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Growing Points: ‘Rain, rain, go away…’

May 1, 2013  By Dr. Mohyuddin Mirza

Here we are in May and a lot of hard work was done in planning,
scheduling, advertising, the labour and the time management to reach
this stage of the crop.

Here we are in May and a lot of hard work was done in planning, scheduling, advertising, the labour and the time management to reach this stage of the crop.

I’m in and out of many greenhouses each spring to see the fruit of your labour and love. This feature includes pictures of what you might see in a greenhouse in April and May.


Seasonal bedding plants greenhouses often open their doors in the middle of April and customers are eager to come in. They may buy a few plants early, but the major sales take place around the Victoria Day weekend. If the weather is good, all bright and sunny, everything will be buzzing! Customers will be loading up their carts with flowers, vegetable transplants and supplies.

5370-Wall-of-colour  5370-Hanging-baskets

This grower always impresses me with the team’s dedication to create a wall of colour (at left) and plenty of hanging baskets (at right). It is so enjoyable to walk along these walls of flowers and marvel at the colours that have come along during the last decade, along with, of course, the fancy names as well!

5370-Containers 5370-Wooden-benches

This grower used to have old wooden benches and recently installed flood benches in the sales area. They were just being filled in when I took this picture. The new benches have changed the entire look of the greenhouse and customers are going to enjoy this experience.

■ Once in a while the weather does not co-operate. I have seen cloudy and rainy weather affecting crops, customers, and, of course, growers in many ways.

We’re not just talking about cloudy and rainy weather; it could also be a hailstorm or a severe thunderstorm. On one occasion, while touring a greenhouse with the grower, the sky quickly became dark and a severe hailstorm hit the area.

The greenhouse plastic was leaking at several places. However, we were more worried about the plants in a nearby shade house. While they were quite damaged, the surprising thing was that they did recover, though it took until August.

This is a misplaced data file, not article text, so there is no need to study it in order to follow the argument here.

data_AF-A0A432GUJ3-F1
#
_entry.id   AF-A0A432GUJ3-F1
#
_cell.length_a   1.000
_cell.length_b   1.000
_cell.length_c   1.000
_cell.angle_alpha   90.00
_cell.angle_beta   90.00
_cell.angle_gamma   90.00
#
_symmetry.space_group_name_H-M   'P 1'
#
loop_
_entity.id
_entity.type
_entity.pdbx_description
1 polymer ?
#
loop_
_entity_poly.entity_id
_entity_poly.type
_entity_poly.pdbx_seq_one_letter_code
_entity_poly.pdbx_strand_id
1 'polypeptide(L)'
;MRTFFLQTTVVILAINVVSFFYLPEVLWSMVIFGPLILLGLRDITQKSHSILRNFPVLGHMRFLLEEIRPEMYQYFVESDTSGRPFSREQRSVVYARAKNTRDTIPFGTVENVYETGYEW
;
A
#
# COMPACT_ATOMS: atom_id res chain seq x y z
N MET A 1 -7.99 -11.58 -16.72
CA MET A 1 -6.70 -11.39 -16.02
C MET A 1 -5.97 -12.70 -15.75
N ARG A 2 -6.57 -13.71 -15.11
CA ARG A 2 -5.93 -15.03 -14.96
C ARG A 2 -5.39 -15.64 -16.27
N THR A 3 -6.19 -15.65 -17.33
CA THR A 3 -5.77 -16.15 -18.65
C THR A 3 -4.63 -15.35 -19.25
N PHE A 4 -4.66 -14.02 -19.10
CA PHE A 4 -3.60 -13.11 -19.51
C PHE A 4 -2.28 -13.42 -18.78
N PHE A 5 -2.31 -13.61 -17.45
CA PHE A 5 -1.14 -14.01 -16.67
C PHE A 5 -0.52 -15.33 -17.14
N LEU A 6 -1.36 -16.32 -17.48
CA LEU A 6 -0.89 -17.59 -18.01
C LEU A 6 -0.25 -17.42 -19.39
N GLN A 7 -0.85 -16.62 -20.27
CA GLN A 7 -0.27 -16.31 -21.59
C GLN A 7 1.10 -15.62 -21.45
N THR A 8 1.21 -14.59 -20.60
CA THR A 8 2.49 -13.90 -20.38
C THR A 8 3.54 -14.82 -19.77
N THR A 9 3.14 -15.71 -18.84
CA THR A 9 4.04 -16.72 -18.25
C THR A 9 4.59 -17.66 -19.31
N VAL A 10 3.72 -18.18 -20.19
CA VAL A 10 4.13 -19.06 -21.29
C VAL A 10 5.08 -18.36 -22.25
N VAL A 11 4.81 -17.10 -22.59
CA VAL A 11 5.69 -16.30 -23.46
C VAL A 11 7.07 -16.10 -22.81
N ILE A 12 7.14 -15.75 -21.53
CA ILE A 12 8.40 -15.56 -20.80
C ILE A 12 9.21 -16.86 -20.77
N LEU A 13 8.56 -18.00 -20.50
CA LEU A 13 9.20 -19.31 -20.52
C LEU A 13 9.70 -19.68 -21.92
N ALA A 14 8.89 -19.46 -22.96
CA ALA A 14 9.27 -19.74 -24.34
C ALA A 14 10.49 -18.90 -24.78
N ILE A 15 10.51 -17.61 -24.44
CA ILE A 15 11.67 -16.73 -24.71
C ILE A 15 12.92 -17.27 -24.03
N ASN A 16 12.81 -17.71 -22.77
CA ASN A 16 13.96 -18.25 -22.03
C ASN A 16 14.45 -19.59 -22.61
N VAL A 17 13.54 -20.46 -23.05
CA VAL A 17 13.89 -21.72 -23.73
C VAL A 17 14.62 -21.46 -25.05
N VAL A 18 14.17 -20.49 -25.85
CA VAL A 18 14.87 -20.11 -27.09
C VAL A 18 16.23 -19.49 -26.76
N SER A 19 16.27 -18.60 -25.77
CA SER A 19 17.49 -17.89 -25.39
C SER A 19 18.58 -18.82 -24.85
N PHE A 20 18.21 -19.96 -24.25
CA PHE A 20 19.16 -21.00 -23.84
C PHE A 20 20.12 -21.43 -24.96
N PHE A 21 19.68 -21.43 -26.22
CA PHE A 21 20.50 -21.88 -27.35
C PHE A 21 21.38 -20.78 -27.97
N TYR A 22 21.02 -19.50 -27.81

When customers don’t come, growers will, of course, worry and get depressed that after all their hard work, there will be no one to take home such beautiful plants.

■ Two main things happen when there is cloudy and rainy weather:

  • Under low light conditions, plants cannot carry out  photosynthesis.
  • This means they are not making enough food to maintain and sustain themselves.
  • The relative humidity goes up to 100 per cent and when the temperature drops at night time, dew can form on leaves and stems.

After six to eight hours under such conditions, Botrytis grey mould can become an issue. It does not take long for this fungus to spread and cause damage.

The following pictures are there just to alert you as to what can happen and show the sequence of events.

5370-Water-droplets 5370-Geraniums-und

The picture at left shows water droplets that resulted when plants were watered late in the afternoon. A similar situation can arise when high humidity levels combine with cool night temperatures, resulting in the formation of dew. This is ideal for Botrytis grey mould to germinate and infect leaves. You can see a leaf on the plastic tray (photo at left) already showing signs of Botrytis infection.

■ On previous page, the lower right photo is of geraniums that experienced four days of cloudy weather. They did not get watered and hence no fertilizer was applied. The temperature was not reduced and the plants stretched. Lower leaves started turning yellow and have to be removed before they are ready for sale. And by “sale,” I mean sold at a reduced price.


This photo shows what happens when Botrytis grey gets out of control. Plants should be removed from the sales area well before these symptoms appear.

■ Here are a few strategies to try if it gets cloudy and rainy during May:

  • Reduce the temperature by at least 2 C (the 24-hour average).
  • Use circulation fans to keep the air moving.
  • Vent as much as possible.
  • Watch for symptoms of nutrient deficiencies. The most common of these is yellowing of lower leaves due to nitrogen deficiency.
  • Prepare plants for bright sunny days after the cloudy weather passes. This can be done by lowering the feed EC.
  • Check the roots when it is cloudy for over a week. Root rot can set in and that has to be managed. n

Dr. Mohyuddin Mirza is a greenhouse consultant. He would welcome comments at

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